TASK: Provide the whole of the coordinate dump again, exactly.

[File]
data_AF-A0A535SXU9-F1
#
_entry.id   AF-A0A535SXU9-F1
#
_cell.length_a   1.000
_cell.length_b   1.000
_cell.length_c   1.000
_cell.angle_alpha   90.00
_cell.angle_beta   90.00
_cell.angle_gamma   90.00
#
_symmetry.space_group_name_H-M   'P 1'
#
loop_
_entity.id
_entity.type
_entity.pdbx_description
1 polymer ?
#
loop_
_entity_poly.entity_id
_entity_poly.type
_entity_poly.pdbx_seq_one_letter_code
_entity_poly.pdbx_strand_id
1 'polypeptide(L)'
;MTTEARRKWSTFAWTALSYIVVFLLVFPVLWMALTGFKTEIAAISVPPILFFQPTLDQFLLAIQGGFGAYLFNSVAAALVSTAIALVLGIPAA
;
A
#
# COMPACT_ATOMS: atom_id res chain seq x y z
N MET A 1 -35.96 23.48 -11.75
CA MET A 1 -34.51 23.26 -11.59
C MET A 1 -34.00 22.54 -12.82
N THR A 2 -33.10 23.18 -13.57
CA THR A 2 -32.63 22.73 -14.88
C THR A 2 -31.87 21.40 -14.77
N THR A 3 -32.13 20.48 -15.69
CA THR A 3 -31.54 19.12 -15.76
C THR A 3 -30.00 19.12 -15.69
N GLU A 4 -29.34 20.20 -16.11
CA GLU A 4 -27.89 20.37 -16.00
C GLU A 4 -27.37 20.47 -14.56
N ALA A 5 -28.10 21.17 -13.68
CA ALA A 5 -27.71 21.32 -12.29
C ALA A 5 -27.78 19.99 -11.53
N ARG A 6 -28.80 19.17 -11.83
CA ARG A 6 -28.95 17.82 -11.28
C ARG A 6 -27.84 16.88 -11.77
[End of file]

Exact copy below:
data_AF-A0A535SXU9-F1
#
_entry.id   AF-A0A535SXU9-F1
#
_cell.length_a   1.000
_cell.length_b   1.000
_cell.length_c   1.000
_cell.angle_alpha   90.00
_cell.angle_beta   90.00
_cell.angle_gamma   90.00
#
_symmetry.space_group_name_H-M   'P 1'
#
loop_
_entity.id
_entity.type
_entity.pdbx_description
1 polymer ?
#
loop_
_entity_poly.entity_id
_entity_poly.type
_entity_poly.pdbx_seq_one_letter_code
_entity_poly.pdbx_strand_id
1 'polypeptide(L)'
;MTTEARRKWSTFAWTALSYIVVFLLVFPVLWMALTGFKTEIAAISVPPILFFQPTLDQFLLAIQGGFGAYLFNSVAAALVSTAIALVLGIPAA
;
A
#
# COMPACT_ATOMS: atom_id res chain seq x y z
N MET A 1 -35.96 23.48 -11.75
CA MET A 1 -34.51 23.26 -11.59
C MET A 1 -34.00 22.54 -12.82
N THR A 2 -33.10 23.18 -13.57
CA THR A 2 -32.63 22.73 -14.88
C THR A 2 -31.87 21.40 -14.77
N THR A 3 -32.13 20.48 -15.69
CA THR A 3 -31.54 19.12 -15.76
C THR A 3 -30.00 19.12 -15.69
N GLU A 4 -29.34 20.20 -16.11
CA GLU A 4 -27.89 20.37 -16.00
C GLU A 4 -27.37 20.47 -14.56
N ALA A 5 -28.10 21.17 -13.68
CA ALA A 5 -27.71 21.32 -12.29
C ALA A 5 -27.78 19.99 -11.53
N ARG A 6 -28.80 19.17 -11.83
CA ARG A 6 -28.95 17.82 -11.28
C ARG A 6 -27.84 16.88 -11.77